My first train set was an Allstate (Marx). I still have it. The engine was a Marx #666 (2-4-2). It runs great! I got it for Christmas 1958. It was a 9-piece set with transformer (blue) and O34 track. It may also have had other accessories. As I recall, the train cars were:
Smoking 2-4-2 locomotive (black, metal, very durable)
Tank car (blue)
B&M box car
Evans Autoloader w/ 4 plastic cars
Short flatcar w/ Trailer
boom-type AT&SF caboose (red)
TCA, NMRA, PRRT&HS Modeling the PRR Panhandle Division between 1948-1957.
Today, when people think of Allstate, they think of automobile insurance. Over the years, however, Sears used the Allstate brand name on a wide variety of products for the automobile, from spark plugs to rebuilt automobile engines.
The Allstate brand began in 1925 as part of a national contest to name Sears' new brand of automobile tires. Public response in the contest was overwhelming. Before it was over, 937,886 people submitted a total of 2,253,746 names. Entries came from every state and in 25 different languages. Hans Simonson of Bismarck, N.D., received a $5,000 cash prize for his winning entry Allstate.
In 1926, Sears adopted the trademark Allstate for initial use on automobile tires and tubes. The tires-guaranteed for 12,000 miles-quickly became big sellers in the catalog and at the new Sears, Roebuck and Co. retail stores (which first opened in 1925). Sears Chairman General Robert E. Wood credited the Allstate tire with making an important contribution to the success of Sears' retail store program.
Sears formed the Allstate Insurance Company on April 17, 1931. Allstate offered low rates, available to customers through direct-mail sales (Sears catalogs) and through sales booths in Sears stores. Allstate eventually expanded into fire insurance.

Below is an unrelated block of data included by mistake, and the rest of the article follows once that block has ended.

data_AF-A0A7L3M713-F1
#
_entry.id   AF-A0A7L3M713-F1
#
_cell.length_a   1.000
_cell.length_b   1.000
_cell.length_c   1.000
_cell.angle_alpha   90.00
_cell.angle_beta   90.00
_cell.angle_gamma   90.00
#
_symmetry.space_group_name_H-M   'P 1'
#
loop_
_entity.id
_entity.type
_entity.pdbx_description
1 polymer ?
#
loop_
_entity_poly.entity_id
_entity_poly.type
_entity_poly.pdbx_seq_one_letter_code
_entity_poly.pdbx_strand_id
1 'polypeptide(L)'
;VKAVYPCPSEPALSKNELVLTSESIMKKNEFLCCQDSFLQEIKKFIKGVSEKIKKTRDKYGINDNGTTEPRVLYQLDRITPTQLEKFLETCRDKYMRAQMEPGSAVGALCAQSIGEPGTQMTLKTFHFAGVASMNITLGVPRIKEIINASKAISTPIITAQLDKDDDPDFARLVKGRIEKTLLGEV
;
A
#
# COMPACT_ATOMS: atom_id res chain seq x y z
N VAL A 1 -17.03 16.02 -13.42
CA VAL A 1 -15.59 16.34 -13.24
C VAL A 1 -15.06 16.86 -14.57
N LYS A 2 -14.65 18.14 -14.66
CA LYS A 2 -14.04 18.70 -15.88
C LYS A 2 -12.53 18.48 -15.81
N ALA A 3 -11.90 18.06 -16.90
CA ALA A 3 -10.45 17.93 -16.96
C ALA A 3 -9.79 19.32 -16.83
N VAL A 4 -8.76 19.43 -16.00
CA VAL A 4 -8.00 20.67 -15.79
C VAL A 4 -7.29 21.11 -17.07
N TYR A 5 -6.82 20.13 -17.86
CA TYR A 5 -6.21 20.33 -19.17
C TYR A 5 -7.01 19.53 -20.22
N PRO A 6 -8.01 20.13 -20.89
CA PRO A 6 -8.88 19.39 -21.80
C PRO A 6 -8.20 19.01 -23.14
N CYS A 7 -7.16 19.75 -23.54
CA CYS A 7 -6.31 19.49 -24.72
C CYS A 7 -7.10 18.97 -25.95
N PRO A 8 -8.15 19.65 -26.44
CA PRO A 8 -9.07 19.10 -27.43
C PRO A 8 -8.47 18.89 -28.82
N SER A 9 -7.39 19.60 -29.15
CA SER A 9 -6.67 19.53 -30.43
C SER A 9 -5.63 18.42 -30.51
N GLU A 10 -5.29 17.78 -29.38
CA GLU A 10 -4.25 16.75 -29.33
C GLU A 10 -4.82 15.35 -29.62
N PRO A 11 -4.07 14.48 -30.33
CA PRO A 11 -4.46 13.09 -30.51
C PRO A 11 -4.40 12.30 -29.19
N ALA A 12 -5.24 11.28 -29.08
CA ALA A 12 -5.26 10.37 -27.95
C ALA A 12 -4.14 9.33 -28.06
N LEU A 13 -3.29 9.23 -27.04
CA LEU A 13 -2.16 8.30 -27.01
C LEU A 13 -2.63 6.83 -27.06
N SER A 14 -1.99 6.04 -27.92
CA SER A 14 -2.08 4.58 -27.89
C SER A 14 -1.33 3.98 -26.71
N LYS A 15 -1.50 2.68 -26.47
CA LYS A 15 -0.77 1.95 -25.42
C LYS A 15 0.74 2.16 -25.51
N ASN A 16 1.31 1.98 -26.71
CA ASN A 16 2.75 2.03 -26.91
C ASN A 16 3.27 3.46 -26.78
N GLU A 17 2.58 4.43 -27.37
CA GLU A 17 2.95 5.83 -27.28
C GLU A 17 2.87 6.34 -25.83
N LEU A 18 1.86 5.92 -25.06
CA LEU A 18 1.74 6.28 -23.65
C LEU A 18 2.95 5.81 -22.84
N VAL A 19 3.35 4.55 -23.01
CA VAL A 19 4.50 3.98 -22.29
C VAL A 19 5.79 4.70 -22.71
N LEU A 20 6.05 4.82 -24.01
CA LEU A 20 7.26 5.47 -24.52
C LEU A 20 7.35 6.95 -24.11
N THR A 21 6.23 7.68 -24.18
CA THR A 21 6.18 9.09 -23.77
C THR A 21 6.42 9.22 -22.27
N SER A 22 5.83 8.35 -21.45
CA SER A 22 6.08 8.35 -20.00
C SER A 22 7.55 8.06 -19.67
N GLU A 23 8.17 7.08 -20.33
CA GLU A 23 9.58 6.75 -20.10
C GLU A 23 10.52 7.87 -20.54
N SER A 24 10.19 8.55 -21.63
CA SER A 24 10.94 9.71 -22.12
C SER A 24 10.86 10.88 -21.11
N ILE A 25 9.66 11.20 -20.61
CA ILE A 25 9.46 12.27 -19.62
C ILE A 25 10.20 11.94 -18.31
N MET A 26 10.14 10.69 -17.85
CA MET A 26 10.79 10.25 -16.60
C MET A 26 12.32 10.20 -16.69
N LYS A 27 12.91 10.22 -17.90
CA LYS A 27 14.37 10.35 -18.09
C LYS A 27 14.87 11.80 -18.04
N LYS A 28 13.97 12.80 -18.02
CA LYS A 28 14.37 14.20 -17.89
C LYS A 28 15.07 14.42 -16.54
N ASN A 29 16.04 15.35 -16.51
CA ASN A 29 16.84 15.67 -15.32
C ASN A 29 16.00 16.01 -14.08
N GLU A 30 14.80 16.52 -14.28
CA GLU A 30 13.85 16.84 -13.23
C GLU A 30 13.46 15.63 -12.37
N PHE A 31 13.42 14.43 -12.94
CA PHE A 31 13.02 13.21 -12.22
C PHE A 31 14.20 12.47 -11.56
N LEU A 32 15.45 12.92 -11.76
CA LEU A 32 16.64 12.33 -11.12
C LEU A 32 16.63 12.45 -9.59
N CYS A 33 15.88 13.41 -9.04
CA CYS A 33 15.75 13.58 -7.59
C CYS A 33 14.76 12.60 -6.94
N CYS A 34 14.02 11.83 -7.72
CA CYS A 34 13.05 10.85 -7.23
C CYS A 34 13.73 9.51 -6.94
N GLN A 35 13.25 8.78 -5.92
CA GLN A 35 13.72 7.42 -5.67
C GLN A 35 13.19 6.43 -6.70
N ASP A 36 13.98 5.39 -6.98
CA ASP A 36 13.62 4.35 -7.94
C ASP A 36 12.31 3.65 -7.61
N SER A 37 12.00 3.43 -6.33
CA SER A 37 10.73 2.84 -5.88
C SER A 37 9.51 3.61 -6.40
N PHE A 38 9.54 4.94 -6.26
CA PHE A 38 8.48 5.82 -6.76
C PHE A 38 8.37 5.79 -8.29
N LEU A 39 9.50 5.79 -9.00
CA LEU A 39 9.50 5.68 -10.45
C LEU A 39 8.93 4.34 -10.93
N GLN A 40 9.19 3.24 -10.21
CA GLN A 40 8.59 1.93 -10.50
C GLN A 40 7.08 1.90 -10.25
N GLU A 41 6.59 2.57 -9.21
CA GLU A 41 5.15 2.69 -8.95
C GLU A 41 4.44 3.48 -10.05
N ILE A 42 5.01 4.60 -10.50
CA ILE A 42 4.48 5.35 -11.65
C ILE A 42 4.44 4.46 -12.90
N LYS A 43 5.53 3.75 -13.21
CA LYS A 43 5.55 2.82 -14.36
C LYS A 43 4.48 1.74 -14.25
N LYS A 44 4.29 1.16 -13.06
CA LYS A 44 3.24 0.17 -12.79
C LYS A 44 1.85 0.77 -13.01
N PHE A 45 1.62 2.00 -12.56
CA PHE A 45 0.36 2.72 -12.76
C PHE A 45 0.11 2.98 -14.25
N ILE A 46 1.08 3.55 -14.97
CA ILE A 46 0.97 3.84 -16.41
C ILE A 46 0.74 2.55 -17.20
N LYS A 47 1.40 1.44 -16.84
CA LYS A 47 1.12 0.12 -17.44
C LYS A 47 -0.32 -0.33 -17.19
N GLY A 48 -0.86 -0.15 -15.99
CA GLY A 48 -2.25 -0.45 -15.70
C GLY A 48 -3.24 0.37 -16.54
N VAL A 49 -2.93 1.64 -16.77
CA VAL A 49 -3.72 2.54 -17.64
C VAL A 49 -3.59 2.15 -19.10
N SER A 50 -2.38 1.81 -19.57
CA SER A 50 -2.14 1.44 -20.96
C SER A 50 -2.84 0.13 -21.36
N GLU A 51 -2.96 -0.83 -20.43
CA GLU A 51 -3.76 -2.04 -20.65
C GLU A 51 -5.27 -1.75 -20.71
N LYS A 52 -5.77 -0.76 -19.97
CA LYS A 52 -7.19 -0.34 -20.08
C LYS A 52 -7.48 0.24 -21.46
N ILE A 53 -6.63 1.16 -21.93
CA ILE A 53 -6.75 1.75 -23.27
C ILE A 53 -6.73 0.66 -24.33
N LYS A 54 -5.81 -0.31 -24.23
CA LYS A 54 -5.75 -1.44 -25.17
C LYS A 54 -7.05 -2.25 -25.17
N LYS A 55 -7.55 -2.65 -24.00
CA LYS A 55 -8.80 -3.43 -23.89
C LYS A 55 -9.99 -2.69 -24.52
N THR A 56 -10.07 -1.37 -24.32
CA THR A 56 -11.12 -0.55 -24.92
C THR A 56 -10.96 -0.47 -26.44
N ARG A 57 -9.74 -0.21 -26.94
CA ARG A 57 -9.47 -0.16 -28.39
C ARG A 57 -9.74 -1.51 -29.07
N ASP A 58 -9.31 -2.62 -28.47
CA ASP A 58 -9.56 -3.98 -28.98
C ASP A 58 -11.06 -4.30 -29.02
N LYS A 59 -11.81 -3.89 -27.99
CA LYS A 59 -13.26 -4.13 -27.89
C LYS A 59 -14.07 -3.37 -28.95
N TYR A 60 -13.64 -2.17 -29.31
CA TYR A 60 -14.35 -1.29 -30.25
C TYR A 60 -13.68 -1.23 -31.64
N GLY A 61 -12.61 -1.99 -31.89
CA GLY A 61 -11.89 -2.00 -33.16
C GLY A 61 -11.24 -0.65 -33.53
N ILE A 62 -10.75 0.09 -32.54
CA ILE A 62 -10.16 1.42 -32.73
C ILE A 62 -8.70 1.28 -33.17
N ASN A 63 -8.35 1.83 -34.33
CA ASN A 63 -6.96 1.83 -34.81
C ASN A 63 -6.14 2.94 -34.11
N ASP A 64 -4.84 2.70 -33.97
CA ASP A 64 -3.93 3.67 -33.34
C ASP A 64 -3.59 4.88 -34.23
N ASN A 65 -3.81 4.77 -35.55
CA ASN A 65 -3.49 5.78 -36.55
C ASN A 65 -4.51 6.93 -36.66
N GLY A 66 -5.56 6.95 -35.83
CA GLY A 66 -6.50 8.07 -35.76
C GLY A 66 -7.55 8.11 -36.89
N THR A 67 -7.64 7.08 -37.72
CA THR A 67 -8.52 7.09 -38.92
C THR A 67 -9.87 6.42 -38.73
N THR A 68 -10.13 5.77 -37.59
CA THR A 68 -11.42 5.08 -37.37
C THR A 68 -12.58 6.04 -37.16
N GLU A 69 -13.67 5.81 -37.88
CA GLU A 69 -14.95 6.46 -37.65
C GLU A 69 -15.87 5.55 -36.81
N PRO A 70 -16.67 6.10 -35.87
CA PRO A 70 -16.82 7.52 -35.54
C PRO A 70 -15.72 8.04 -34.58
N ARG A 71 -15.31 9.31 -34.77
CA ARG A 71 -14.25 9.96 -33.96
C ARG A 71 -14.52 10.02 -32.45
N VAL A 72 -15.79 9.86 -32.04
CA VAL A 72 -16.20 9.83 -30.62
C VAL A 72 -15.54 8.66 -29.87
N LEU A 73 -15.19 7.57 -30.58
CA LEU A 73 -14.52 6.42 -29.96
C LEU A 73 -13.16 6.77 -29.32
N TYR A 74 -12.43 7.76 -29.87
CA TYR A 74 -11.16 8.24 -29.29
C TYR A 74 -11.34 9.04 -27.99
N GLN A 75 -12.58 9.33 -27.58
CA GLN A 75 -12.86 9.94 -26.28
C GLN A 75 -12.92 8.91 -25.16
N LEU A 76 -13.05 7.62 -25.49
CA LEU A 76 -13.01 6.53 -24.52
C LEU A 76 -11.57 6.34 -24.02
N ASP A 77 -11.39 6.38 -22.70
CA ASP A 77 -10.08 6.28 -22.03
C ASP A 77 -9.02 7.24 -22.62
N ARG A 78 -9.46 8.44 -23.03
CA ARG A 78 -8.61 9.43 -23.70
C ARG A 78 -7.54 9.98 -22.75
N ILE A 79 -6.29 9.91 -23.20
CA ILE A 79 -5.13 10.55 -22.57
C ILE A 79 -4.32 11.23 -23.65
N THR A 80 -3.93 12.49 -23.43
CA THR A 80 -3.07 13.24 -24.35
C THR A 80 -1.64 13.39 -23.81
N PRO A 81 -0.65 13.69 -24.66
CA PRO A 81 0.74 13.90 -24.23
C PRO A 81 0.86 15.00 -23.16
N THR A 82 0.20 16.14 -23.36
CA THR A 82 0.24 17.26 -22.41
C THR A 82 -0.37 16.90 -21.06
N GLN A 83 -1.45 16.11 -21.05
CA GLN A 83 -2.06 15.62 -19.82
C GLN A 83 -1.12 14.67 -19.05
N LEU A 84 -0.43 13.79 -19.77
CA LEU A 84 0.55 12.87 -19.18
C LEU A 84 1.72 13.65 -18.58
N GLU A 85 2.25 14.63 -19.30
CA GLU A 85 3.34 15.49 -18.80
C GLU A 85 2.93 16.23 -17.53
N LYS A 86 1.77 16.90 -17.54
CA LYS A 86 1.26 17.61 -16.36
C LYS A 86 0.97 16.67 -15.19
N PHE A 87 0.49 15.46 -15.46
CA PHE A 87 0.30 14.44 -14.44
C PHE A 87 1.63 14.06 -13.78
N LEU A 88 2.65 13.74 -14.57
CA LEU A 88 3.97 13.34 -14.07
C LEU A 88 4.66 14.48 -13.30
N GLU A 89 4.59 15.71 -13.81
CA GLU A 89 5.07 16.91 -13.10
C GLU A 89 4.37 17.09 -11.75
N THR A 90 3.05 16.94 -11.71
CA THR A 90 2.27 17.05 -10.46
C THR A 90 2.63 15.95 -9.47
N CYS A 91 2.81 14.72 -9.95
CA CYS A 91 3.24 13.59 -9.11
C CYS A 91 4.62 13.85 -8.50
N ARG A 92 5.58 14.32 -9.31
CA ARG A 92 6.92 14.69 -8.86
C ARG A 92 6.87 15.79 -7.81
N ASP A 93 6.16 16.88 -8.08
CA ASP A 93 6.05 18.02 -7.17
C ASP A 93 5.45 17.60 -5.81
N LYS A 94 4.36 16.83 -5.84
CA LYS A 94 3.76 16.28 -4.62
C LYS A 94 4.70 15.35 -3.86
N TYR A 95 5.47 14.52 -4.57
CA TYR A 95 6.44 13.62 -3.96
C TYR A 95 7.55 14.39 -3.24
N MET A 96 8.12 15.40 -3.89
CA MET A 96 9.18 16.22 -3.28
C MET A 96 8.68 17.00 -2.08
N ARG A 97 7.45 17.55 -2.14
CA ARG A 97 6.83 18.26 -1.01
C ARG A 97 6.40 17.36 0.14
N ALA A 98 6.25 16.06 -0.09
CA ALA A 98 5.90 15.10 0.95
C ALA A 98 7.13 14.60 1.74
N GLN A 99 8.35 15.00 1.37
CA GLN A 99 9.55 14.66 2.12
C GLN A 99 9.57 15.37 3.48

The highpoint for the Allstate brand came in the 1950s and 1960s, when the brand appeared on a wide range of products, including garage door openers, fire extinguishers, motor scooters and camper shells. During these years, before seatbelts, heaters, radios, and air conditioners became standard equipment on automobiles, Sears offered a complete line of these accessories under the Allstate brand.
In 1952, Sears introduced the Allstate automobile. Built by the Kaiser-Frazer Corporation, the Allstate automobile came in two models: The Standard ($1,395) and the Delux ($1,796) models came with a choice of optional four- or six-cylinder engines and a transmission overdrive. All automobiles came with a 90-day guarantee. As popular as the insurance and accessories were, however, few people wanted to buy an entire car with the Allstate name. Disappointing sales caused the Allstate automobile to disappear from Sears stores after 1953.
By the end of the 1960s, Sears limited the Allstate brand name to insurance, tires, and automobile batteries. By the mid-1970s, Sears no longer used the Allstate brand on merchandise. In 1995, Allstate became completely independent after Sears divested its remaining shares to Sears' stockholders, ending the company's 70-year relationship with the brand it created.